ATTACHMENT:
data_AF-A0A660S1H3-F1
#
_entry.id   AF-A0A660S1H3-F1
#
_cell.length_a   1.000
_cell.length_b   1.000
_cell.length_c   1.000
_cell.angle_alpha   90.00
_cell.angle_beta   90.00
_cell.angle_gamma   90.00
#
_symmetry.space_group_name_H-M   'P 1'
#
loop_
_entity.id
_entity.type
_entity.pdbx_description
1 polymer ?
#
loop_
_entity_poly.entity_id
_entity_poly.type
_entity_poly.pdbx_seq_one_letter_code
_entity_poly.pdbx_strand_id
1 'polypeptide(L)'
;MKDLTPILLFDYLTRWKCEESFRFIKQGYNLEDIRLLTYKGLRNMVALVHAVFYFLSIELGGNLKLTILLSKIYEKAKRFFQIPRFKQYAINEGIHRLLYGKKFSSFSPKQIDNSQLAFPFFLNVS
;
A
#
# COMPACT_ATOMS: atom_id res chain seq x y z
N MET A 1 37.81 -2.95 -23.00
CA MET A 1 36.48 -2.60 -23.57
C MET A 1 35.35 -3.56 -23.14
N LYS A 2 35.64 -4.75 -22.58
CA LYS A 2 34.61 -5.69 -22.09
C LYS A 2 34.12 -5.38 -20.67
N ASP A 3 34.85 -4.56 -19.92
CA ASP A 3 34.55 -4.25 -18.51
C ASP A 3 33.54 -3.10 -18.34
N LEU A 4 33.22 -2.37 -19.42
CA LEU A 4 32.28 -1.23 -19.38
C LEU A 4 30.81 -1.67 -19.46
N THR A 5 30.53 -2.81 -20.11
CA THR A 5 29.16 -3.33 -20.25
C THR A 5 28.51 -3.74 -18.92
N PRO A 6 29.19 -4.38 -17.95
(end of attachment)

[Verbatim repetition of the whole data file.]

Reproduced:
data_AF-A0A660S1H3-F1
#
_entry.id   AF-A0A660S1H3-F1
#
_cell.length_a   1.000
_cell.length_b   1.000
_cell.length_c   1.000
_cell.angle_alpha   90.00
_cell.angle_beta   90.00
_cell.angle_gamma   90.00
#
_symmetry.space_group_name_H-M   'P 1'
#
loop_
_entity.id
_entity.type
_entity.pdbx_description
1 polymer ?
#
loop_
_entity_poly.entity_id
_entity_poly.type
_entity_poly.pdbx_seq_one_letter_code
_entity_poly.pdbx_strand_id
1 'polypeptide(L)'
;MKDLTPILLFDYLTRWKCEESFRFIKQGYNLEDIRLLTYKGLRNMVALVHAVFYFLSIELGGNLKLTILLSKIYEKAKRFFQIPRFKQYAINEGIHRLLYGKKFSSFSPKQIDNSQLAFPFFLNVS
;
A
#
# COMPACT_ATOMS: atom_id res chain seq x y z
N MET A 1 37.81 -2.95 -23.00
CA MET A 1 36.48 -2.60 -23.57
C MET A 1 35.35 -3.56 -23.14
N LYS A 2 35.64 -4.75 -22.58
CA LYS A 2 34.61 -5.69 -22.09
C LYS A 2 34.12 -5.38 -20.67
N ASP A 3 34.85 -4.56 -19.92
CA ASP A 3 34.55 -4.25 -18.51
C ASP A 3 33.54 -3.10 -18.34
N LEU A 4 33.22 -2.37 -19.42
CA LEU A 4 32.28 -1.23 -19.38
C LEU A 4 30.81 -1.67 -19.46
N THR A 5 30.53 -2.81 -20.11
CA THR A 5 29.16 -3.33 -20.25
C THR A 5 28.51 -3.74 -18.92
N PRO A 6 29.19 -4.38 -17.95